It is precisely the religious encounter with the world of the purely spiritual being [the angel] that becomes valuable as a revelation…of [man’s] belonging to a design of salvation that is truly great and efficacious within a community of personal beings who serve the providential design of God for man and with man. (Gen. Audience, Aug. 6, 1986)
The Book of Daniel tells of how the prophet disposed himself for this illumination of God. Because Daniel desired ardently to understand the meaning of a prophecy of Jeremiah, he offered prayers with fasting, placing himself in sackcloth and ashes, and begging that God grant him insight. After having humbled himself, confessing his sins, and making supplication, God sent the angel Gabriel in swift flight to say: “Daniel, I have now come out to give you wisdom and understanding. At the beginning of your supplications a word went out, and I have come to declare it, for you are greatly beloved. So consider the word and understand the vision” (Dan 9:20-23).
If Daniel was willing to humble himself to such an extent in order to understand a prophecy of the Old Testament, how much more should we be willing to do so in order to better understand the mystery of the self-emptying of God realized in the Incarnation, the Nativity, and even more, on the Cross. It is not by listening to Christmas carols while reclining in an easy chair, with a soft-drink and a snack by our side that we can hope to truly come “to comprehend, with all the saints, what is the breadth and length and height and depth, and to know the love of Christ that surpasses knowledge” (Eph 3:18). There has to be a certain similarity between the person who knows and that which is known. For us to understand the humility and the love of Christ in the Incarnation and in the Eucharist, we must have some experiential participation in His generosity. For this reason, the Church offers us the Season of Advent as a Season of joyful self-denial in preparation for the feast of Christmas. If we wish to taste and see the goodness of the Lord as manifested on Christmas day, we must be willing to express this desire by means of some concrete form of sacrifice during the time of Advent.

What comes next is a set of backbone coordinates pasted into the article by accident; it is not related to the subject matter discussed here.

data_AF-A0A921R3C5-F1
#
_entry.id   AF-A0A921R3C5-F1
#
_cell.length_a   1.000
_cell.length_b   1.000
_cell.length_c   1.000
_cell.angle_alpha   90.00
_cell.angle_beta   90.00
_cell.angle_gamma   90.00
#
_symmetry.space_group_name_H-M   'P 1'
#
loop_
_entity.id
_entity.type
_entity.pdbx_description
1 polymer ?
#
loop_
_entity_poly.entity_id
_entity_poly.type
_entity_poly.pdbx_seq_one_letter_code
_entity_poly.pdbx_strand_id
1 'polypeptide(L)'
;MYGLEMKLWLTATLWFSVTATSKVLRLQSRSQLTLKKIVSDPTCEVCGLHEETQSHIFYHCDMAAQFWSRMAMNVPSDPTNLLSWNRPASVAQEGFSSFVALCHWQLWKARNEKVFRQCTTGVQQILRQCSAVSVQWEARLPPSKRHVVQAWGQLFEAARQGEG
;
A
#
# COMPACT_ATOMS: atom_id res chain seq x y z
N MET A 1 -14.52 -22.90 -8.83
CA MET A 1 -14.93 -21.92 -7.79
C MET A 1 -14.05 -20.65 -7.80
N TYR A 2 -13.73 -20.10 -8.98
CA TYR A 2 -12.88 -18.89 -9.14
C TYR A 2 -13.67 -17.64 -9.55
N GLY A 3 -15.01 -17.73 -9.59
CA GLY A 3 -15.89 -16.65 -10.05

There is yet another important point indicated in the Book of the prophet Daniel with regard to the influence of the angels in contemplation. When Daniel saw a particular vision, he was so overwhelmed that he fell prostrate and powerless on the earth. But then the angel came “in human form, touched me and strengthened me. He said, ‘Do not fear, greatly beloved, you are safe. Be strong and courageous!’ When he spoke to me, I was strengthened and said, ‘Let my lord speak, for you have strengthened me’” (Dan 9:17-18). Beyond the enlightenment of the intellect, the angel can strengthen us to grasp and bear the brightness of God’s Light. Encouraged by this, we can have confidence that God will provide us the strength that we need to bear the light of His wisdom, the wisdom of the Cross.
This Contemplation of this Wisdom is the second stream that flows from the Heart of Christ, giving joy to the City of God: the stream of light that enlightens the blessed men and angels. They feast on the abundance of God’s house, and He continually gives them drink from this river of His delights. For with Him is the fountain of life; in His light we see light (cf. Ps 36:7-9). To express our desire to drink from this stream, we conclude with the prayer of St. Columban:
Jesus, our loving Savior, be pleased to light our lanterns, so that they may burn ever in Your temple, receiving eternal light from You, the eternal Light, to lighten our darkness and to ward off from us the darkness of the whorled I ever see You only, look on You, long for You; may I gaze with love on You alone and have my lantern shining and burning always in Your presence. (On Compunction, 12, 2)
Fr. Basil Nortz